Its a tough sport and almost everyone has similar experiences in the beginning. Just keep trying and don't get frustrated with yourself.
     
  4. likes to ride

    likes to ride New Member

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    Has your coach prescribed specific training intervals for high AT work needed? When riding in a group I await at the front or near the front for someone to take a flyer at 28 plus, then I jump hard to get on his wheel. After catching my breath I help to stay away. Another good drill is to do some motor pacing. Have a buddy pace you on a scooter that can go 25-30 mph. As for racing, try to get comfortable in the pack and not at the back. When I first started I was intimidated and stayed at the back. It is an accordian, that has you jumping hard to stay in contact with the pack. In the pack the speed and effort is more constant. Hang in there, it will get easier but keep trying and remember that it takes time to improve. Racing much like training can be very humbling.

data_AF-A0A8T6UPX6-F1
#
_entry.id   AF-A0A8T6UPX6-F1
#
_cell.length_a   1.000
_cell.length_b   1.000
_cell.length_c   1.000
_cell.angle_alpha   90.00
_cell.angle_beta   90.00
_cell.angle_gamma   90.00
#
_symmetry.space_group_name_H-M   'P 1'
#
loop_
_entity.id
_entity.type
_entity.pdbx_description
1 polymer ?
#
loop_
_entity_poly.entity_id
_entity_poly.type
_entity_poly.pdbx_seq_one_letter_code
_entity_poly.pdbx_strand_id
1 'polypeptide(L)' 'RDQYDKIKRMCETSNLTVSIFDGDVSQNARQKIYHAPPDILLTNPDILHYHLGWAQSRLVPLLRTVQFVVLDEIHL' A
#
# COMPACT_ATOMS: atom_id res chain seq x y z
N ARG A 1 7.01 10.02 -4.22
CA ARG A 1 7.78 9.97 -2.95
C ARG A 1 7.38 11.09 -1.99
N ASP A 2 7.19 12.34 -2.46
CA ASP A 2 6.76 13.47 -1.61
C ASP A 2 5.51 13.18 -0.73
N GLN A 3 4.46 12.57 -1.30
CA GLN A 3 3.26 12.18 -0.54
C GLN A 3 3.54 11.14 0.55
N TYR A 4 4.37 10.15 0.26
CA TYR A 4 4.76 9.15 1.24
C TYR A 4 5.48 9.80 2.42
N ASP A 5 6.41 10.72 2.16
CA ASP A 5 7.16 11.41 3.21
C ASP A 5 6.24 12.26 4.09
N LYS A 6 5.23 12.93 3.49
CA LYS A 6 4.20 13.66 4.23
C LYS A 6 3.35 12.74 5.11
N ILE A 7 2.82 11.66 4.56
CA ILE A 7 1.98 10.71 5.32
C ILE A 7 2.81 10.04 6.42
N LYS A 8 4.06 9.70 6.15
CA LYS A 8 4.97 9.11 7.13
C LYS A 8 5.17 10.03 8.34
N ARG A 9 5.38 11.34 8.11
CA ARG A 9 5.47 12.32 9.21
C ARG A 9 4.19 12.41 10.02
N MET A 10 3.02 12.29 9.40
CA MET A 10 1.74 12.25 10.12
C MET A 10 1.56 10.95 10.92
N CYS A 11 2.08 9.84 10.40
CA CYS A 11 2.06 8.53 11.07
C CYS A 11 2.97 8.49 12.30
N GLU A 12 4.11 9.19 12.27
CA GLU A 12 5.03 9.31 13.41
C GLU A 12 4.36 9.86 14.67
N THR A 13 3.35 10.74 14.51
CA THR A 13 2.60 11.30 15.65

5. jsirabella

    jsirabella New Member

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    First thank you all for your responses and I want to say that this is quite a humbling experience. I really thought that while I would not win races I should be able to atleast stay close to the pack...but it seems either you are with the pack or you are NOT.

    I do feel though there is one point you guys all bring up which to me is very interesting. Does training really make you better at races or just simply doing more races?

    I see how a race is really not as much a race as much as series of intervals. The person who can hold the interval the longest and complete enough intervals to finish the distance seems to be the likely winner. Putting in miles while good, really does nothing to help you in these type of cases. It would seem better to put in less miles per week but make them very intensive as opposed to putting in long hours on the bike accumulating many miles per week. In addition I agree 100% that probably the biggest problem for me is that you need to feel that you control the bike and the bike does not control you in places like descents and corners.